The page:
GOTEBORG – Launched 2006, Sandro Fiorin and Alex Garcia’s L.A-based FiGa Films focuses on Latin America, but not the exclusion of other parts of the world. Getting to fests and national cinemas most other sales companies fail to reach, FiGa champions young directors, often backs films by first-timers – Chilean Fernando Guzzoni’s “Dog Flesh,” Brazilian Klebor Mendonca Filho “Neighboring Sounds” – works small films to some big results, such as on San Sebastian Golden Shell winner “Bad Hair.” Variety caught FiGa founding partner Sandro Fiorin with one foot on a plane, a characteristic stance, in this case Goteborg-bound, and grabbed quick soundbites on his take on Goteborg – the fest, the place – and Scandinavian movie-making.
For the latter, Fiorin tipped his hat to animator/live action specialist Johannes Nyholm, a Goteborg short film winner celebrated for such films as “Dream From the Woods” and especially “Las Palmas;” documentary filmmaker Jeppe Ronde; and Norway’s scribe-helmer Eskil Vogt, the director of “Blind,” which won Sundance’s World Cinema-Dramatic best screenwriting award this month, and plays in the Panorama section at next week’s Berlin.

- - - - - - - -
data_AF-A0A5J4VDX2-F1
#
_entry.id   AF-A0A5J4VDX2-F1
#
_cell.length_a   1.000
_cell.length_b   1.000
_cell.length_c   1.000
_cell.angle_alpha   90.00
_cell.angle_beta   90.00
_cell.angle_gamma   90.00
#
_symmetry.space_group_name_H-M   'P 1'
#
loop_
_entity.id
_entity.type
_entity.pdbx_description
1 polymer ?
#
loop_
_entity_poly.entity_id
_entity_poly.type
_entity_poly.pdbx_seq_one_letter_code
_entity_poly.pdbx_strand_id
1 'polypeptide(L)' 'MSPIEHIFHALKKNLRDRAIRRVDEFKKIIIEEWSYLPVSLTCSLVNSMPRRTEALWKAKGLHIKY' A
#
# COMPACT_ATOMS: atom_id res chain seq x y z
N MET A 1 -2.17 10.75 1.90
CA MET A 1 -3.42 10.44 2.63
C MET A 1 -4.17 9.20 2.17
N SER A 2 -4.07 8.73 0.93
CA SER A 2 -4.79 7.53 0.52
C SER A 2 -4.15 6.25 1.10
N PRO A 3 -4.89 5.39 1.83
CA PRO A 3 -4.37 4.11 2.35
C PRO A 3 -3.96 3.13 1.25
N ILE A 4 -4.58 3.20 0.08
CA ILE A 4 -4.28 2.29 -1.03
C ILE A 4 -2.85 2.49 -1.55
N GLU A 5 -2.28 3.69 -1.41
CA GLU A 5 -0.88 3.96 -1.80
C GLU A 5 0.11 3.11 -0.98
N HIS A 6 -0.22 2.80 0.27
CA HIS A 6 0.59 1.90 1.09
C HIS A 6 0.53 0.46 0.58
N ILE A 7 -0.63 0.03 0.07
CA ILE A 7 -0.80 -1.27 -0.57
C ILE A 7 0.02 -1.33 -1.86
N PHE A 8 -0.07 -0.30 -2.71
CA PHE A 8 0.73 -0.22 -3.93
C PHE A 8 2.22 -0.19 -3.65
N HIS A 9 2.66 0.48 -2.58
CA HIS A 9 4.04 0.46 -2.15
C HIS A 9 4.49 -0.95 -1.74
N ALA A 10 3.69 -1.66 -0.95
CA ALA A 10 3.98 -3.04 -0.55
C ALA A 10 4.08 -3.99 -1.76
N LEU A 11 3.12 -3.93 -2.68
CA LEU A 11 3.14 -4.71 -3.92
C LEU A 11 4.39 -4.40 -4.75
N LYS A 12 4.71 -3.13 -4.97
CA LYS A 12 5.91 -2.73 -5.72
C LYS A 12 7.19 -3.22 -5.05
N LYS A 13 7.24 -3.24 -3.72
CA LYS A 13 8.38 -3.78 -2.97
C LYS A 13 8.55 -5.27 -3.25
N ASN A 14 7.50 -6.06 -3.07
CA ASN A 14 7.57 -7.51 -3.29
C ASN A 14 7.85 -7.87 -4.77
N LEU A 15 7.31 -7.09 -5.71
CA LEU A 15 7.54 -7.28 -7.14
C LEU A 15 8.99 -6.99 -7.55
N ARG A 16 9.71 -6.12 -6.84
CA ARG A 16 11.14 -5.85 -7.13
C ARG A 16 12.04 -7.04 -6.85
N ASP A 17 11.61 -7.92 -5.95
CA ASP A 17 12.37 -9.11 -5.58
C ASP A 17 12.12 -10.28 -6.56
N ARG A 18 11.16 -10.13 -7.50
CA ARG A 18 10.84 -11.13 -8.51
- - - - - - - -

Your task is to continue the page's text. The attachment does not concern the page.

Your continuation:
Why attend Goteborg?
Because the Festival and Nordic Film Market are impeccable events.
Do you see any evolution in Scandinavian filmmaking?
Most certainly. Some of the best European productions have been coming from Scandinavia lately. It gets better every year.
What are it singularities?
The acting, masterful.
What are its strengths and challenges?
Very professional all around, yet still original and particular. The stereotypical Scandinavian look/mood can be its worst enemy.
Could you name three or four talents – directors, producers, actors/actresses – who could cross over to the international film business?
So many. High hopes for Johannes Nyholm, Jeppe Rønde and Eskil Vogt!
O.K. you have time out at the Goteborg Fest, what would you recommend our readers to do?
Discover the best bands in all of Europe! “Little Dragon” is from Goteborg!